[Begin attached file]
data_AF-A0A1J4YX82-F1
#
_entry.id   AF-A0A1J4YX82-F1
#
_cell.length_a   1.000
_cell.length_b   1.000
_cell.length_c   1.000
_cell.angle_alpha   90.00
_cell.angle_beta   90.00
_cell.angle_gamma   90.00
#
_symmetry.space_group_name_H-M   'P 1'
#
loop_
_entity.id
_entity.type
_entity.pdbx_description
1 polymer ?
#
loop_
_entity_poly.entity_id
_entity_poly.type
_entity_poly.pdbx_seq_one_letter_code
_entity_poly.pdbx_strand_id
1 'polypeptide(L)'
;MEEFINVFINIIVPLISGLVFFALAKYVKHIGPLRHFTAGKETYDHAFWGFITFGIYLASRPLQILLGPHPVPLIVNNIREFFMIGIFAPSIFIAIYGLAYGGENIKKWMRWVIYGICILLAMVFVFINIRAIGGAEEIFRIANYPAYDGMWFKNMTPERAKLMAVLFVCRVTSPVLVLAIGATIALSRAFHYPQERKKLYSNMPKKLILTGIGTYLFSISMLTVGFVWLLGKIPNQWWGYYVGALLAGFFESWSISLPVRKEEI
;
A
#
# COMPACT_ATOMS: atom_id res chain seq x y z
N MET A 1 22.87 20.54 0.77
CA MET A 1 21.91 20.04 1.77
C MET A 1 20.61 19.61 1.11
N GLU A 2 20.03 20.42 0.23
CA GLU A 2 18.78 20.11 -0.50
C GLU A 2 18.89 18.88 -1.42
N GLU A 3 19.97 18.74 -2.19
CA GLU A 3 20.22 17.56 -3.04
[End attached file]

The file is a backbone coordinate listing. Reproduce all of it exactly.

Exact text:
data_AF-A0A1J4YX82-F1
#
_entry.id   AF-A0A1J4YX82-F1
#
_cell.length_a   1.000
_cell.length_b   1.000
_cell.length_c   1.000
_cell.angle_alpha   90.00
_cell.angle_beta   90.00
_cell.angle_gamma   90.00
#
_symmetry.space_group_name_H-M   'P 1'
#
loop_
_entity.id
_entity.type
_entity.pdbx_description
1 polymer ?
#
loop_
_entity_poly.entity_id
_entity_poly.type
_entity_poly.pdbx_seq_one_letter_code
_entity_poly.pdbx_strand_id
1 'polypeptide(L)'
;MEEFINVFINIIVPLISGLVFFALAKYVKHIGPLRHFTAGKETYDHAFWGFITFGIYLASRPLQILLGPHPVPLIVNNIREFFMIGIFAPSIFIAIYGLAYGGENIKKWMRWVIYGICILLAMVFVFINIRAIGGAEEIFRIANYPAYDGMWFKNMTPERAKLMAVLFVCRVTSPVLVLAIGATIALSRAFHYPQERKKLYSNMPKKLILTGIGTYLFSISMLTVGFVWLLGKIPNQWWGYYVGALLAGFFESWSISLPVRKEEI
;
A
#
# COMPACT_ATOMS: atom_id res chain seq x y z
N MET A 1 22.87 20.54 0.77
CA MET A 1 21.91 20.04 1.77
C MET A 1 20.61 19.61 1.11
N GLU A 2 20.03 20.42 0.23
CA GLU A 2 18.78 20.11 -0.50
C GLU A 2 18.89 18.88 -1.42
N GLU A 3 19.97 18.74 -2.19
CA GLU A 3 20.22 17.56 -3.04